Super Capacitor - 0.2F/3.3V

Replacement: None. We are no longer carrying this super cap in our catalog. This page is for reference only.

This tiny surface mount capacitor has a total capacity of 0.2F, which is a lot for something so small. This small cap can be charged up and then slowly dissapated running an entire system for hours. Combine two in series for 0.1F/6.6V. Do not over voltage or reverse polarize these capacitors.


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  • RABeng / about 12 years ago / 3

    Oops. Voltage should double in series.

  • Xylo / about 7 years ago * / 1

    This product is no longer carried by SparkFun, but I can't seem to find it anywhere! Does anyone know of a good replacement part? I'm interested in using this with the Venus GPS BoB

  • Member #183091 / about 12 years ago / 1

    Even Super Caps have bad Energy Density
    As far as I'm aware the real advantage of the technology is actually power density, which is wasted on a 3.3V system running at 10uA...
    Will sparkfun ever stock bigger, higher voltage caps
    for things like lighting fuses or just generaly burning things? I dont know where to look, but I've seen it done.

  • Valen / about 12 years ago / 1

    The maximum operating voltage rating is 3.3V.
    Just to make sure...
    So if you want to power a 3.3v device from it you should atleast use 2 in series, right!? As you need to have some margin on voltage rating like with any capacitor, due to wear/tear/aging. (usually atleast double the operating voltag iirc)
    Or would it require a more complicated circuit for a 3.3v operating device?

    • Note that this particular supercapacitor has a very low operating current rating (10 uA). This will limit the applications that it can be used in. This operating current is suitable for memory retention or real time clock backup power, but not much else. For a capacitor that'll be able to power your circuit, try COM-00746 instead.
      Unlike tantalum and electrolytic capacitors, it's not uncommon to run a supercapacitor at it's rated voltage, so using this in a 3.3V circuit is ok.
      In general be careful when connecting supercapacitors in series. In order to avoid exceeding the voltage rating of each individual capacitor a cell balancing circuit of some type is needed.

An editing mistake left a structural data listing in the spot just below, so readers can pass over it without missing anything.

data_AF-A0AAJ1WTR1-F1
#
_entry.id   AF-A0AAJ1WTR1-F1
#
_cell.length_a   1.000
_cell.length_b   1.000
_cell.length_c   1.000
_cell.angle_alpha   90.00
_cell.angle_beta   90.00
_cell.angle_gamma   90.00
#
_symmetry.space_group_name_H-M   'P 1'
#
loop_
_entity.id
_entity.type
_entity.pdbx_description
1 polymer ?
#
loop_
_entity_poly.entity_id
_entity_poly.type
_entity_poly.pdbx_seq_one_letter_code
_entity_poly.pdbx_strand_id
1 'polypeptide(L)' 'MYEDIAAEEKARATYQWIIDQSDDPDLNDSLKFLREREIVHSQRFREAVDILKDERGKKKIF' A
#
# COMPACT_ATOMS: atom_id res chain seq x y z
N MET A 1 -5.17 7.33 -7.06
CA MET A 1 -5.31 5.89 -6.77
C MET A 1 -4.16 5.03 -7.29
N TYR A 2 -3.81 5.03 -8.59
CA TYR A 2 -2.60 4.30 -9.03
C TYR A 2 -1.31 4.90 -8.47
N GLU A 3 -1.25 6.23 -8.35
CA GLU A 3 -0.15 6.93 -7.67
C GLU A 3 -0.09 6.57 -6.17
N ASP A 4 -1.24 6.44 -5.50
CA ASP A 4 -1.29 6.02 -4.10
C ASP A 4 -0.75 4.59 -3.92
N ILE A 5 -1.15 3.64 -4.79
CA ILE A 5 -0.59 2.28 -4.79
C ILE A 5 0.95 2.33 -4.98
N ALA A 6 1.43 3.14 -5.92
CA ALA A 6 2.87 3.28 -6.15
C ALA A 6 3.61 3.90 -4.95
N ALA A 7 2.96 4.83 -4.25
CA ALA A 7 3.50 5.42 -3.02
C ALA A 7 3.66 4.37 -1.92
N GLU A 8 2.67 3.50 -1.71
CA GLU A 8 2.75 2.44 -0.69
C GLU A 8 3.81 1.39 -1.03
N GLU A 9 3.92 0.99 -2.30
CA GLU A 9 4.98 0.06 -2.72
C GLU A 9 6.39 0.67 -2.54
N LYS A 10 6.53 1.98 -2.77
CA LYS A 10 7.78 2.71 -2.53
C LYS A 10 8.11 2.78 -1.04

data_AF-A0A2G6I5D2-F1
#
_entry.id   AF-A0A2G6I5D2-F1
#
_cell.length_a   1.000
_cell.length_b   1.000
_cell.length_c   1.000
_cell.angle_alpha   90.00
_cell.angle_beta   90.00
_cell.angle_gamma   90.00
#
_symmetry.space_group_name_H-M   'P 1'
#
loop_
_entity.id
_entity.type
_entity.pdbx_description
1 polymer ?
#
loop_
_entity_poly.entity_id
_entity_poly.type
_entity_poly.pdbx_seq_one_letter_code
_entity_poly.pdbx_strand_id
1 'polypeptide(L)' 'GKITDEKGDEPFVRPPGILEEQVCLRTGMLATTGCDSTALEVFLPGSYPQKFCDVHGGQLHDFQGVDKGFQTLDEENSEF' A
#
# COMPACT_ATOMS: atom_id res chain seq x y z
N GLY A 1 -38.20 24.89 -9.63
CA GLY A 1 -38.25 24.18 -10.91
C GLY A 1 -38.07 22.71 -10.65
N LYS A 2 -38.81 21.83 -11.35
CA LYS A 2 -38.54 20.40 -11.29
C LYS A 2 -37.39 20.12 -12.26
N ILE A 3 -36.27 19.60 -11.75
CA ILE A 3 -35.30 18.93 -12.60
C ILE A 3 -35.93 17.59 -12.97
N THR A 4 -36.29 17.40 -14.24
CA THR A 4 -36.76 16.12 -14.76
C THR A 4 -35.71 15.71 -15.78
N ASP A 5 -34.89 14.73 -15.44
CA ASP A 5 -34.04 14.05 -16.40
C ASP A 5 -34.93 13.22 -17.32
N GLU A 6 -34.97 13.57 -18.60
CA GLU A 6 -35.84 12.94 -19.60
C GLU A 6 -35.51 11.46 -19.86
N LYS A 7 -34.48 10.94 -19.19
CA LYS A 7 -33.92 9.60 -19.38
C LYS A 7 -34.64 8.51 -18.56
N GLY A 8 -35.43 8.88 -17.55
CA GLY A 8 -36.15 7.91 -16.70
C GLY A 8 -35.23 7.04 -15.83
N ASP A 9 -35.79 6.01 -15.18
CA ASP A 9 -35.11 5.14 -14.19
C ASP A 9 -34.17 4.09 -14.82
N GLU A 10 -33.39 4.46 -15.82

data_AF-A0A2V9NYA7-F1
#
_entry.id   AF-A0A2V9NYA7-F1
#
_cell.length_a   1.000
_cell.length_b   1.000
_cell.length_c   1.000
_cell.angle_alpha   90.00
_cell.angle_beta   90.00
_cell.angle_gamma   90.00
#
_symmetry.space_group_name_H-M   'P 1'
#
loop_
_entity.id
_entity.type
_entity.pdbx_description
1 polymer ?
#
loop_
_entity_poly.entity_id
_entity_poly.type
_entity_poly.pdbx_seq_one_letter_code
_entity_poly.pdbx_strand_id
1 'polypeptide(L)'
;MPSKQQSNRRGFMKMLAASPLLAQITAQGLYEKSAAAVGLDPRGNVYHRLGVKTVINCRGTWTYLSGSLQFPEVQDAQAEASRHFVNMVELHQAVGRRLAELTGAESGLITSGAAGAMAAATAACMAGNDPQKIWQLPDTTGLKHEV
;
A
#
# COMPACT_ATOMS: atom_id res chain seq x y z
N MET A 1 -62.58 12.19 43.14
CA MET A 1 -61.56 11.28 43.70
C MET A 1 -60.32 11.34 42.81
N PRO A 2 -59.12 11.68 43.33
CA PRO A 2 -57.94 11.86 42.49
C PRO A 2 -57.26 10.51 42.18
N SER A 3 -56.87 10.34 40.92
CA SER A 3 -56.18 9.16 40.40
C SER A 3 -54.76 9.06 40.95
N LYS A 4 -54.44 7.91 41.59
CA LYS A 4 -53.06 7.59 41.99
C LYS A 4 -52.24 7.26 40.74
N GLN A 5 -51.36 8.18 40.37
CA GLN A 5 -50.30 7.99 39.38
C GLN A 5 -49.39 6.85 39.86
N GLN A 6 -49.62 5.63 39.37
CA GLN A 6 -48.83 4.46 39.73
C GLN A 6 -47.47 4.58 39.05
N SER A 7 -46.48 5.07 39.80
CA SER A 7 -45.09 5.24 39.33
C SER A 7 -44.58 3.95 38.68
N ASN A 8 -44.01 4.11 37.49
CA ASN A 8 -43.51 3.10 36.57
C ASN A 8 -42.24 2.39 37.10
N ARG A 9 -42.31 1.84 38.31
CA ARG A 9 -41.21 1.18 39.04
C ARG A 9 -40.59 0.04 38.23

• Valen / about 12 years ago / 2

        10uA : If I decide to read the datasheet, I better read all of it. Oops... :o
        I forgot that I learned that "overdimension the voltage rating" was in relation to using just electrolytic caps, that are known to decay over time. Tantalum capacitors also like to explode on overvoltage. Forgot those aswel. Good point.

    • Kevin Vermeer / about 12 years ago / 1

      I disagree with nojo and second your idea that you should use two in series. The capacitance will be 0.1F, of course. I'd charge the two up to around 5V, and run the system off of an LDO.

      • but its a 3.3V system.... 6.6V will FRY 3.3V systems,.....
        but... if you only charge up to 3.3v, oh well that makes sense..... :( i cant think straight

        • "and run the system -} off of an LDO [voltage regulator]. {- "

          • Kuy / about 10 years ago / 2

            Don't use a supercap and an LDO. Instead, design your 3.3V system to run down to 1.8V or less (many microcontrollers do this) and cut out the LDO completely - they (linear regulators in general) just turn excess voltage to heat, so you're just wasting all that energy. And don't bother with a tiny, efficient buck regulator either because at the low operating voltages of supercaps you can usually just run a microcontroller directly, which gives your fine-grained (software!) control of your power use.

    • no, if you use them in series you will end up with 6.6V and 0.1 F . (and fry your 3.3V system)
      you can use just one to power a 3.3V system, if you use two in parallel the charge on the capacitors will last longer
      (answering only your first question)

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